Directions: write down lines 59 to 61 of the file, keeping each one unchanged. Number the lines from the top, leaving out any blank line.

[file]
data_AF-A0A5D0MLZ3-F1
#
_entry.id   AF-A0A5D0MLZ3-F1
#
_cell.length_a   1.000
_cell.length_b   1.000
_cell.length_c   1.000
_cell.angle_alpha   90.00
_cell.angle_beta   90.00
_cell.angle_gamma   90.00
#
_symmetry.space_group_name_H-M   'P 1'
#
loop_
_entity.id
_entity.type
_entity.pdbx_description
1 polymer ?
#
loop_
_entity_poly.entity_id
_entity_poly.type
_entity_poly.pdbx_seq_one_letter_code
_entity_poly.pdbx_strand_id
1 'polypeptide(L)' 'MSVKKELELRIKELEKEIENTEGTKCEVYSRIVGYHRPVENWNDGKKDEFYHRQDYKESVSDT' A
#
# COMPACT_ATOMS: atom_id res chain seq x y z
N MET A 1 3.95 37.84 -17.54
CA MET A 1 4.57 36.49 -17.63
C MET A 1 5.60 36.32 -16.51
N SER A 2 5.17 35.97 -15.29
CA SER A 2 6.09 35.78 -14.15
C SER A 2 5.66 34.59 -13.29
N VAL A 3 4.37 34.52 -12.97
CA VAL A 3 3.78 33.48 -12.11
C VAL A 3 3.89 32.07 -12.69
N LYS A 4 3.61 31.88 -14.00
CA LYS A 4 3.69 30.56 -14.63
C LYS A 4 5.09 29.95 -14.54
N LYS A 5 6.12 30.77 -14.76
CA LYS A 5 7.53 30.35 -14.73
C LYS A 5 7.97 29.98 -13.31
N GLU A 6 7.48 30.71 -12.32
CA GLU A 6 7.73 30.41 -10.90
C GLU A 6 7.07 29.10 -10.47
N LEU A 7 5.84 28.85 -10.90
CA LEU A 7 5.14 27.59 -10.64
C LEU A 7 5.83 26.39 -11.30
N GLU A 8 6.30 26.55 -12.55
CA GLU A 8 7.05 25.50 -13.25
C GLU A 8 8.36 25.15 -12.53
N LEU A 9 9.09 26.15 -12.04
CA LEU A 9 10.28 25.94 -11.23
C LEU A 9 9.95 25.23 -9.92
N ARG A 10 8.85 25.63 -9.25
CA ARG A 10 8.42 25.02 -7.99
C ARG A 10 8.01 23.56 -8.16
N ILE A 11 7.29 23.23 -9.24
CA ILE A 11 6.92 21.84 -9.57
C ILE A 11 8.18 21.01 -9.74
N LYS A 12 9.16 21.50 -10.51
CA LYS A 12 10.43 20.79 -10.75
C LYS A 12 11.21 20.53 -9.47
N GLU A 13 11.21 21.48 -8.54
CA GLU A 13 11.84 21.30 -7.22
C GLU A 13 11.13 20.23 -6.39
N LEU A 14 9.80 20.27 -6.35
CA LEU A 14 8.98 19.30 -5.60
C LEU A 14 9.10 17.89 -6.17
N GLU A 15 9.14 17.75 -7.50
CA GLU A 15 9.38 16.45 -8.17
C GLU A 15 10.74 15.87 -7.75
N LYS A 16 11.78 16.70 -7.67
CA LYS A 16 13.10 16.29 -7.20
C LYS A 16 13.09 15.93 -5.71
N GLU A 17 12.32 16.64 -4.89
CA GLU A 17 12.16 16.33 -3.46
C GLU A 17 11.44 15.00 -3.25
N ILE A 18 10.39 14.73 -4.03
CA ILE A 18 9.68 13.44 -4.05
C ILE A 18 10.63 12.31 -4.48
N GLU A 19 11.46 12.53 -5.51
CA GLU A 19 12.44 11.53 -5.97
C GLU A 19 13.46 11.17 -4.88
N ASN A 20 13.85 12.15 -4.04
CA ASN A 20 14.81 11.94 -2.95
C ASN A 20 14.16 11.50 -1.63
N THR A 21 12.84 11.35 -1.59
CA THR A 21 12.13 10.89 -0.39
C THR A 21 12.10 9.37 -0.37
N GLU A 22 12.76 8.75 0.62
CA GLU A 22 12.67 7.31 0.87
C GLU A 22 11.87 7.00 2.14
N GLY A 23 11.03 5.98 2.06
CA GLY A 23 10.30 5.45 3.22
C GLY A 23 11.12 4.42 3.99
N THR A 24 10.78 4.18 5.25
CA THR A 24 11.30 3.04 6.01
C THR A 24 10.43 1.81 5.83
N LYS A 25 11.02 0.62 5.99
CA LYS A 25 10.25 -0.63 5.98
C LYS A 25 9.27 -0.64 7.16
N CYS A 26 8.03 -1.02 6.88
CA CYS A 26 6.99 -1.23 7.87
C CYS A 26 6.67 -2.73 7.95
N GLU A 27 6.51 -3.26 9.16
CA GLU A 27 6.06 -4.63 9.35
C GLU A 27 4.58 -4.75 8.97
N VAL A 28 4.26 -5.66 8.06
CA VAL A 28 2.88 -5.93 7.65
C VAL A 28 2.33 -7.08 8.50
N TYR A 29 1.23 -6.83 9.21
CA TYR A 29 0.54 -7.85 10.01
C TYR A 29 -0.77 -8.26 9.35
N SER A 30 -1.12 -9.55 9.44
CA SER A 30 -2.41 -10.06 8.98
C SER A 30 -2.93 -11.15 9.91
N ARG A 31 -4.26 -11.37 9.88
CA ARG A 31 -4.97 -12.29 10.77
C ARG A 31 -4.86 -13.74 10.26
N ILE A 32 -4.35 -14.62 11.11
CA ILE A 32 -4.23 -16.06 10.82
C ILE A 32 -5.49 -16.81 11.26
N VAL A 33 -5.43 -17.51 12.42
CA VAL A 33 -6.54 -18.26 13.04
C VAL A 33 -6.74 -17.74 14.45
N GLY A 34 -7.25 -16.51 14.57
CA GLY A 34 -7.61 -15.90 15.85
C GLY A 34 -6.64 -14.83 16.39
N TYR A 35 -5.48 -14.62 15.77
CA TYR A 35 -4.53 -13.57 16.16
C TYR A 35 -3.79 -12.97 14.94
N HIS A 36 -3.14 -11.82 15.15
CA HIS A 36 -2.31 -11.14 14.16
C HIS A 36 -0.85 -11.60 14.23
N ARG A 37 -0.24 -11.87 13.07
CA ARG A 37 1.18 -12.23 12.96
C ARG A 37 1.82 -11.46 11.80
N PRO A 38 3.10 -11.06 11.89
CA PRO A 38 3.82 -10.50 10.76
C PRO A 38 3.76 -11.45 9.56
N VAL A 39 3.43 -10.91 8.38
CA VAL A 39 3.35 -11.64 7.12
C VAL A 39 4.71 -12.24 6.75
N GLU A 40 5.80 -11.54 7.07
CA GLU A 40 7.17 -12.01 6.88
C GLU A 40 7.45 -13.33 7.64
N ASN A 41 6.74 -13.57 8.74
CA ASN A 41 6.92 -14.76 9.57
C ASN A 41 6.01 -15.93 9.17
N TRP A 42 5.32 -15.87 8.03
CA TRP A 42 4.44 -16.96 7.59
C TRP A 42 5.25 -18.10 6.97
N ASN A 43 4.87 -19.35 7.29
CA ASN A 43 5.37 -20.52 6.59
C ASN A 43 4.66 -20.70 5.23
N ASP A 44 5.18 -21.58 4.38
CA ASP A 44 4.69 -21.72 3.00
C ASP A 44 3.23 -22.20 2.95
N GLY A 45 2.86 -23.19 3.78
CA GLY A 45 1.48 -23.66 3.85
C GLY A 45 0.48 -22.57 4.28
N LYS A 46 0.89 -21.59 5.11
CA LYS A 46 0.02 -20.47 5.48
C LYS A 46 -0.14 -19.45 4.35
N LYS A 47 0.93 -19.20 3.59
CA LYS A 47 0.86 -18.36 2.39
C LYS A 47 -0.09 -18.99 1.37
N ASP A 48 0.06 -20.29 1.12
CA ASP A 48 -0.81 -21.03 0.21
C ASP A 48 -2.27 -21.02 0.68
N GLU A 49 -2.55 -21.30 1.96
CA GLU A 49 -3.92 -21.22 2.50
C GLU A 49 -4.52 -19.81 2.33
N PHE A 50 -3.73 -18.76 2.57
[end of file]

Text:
CA ILE A 11 6.92 21.84 -9.57
C ILE A 11 8.18 21.01 -9.74
N LYS A 12 9.16 21.50 -10.51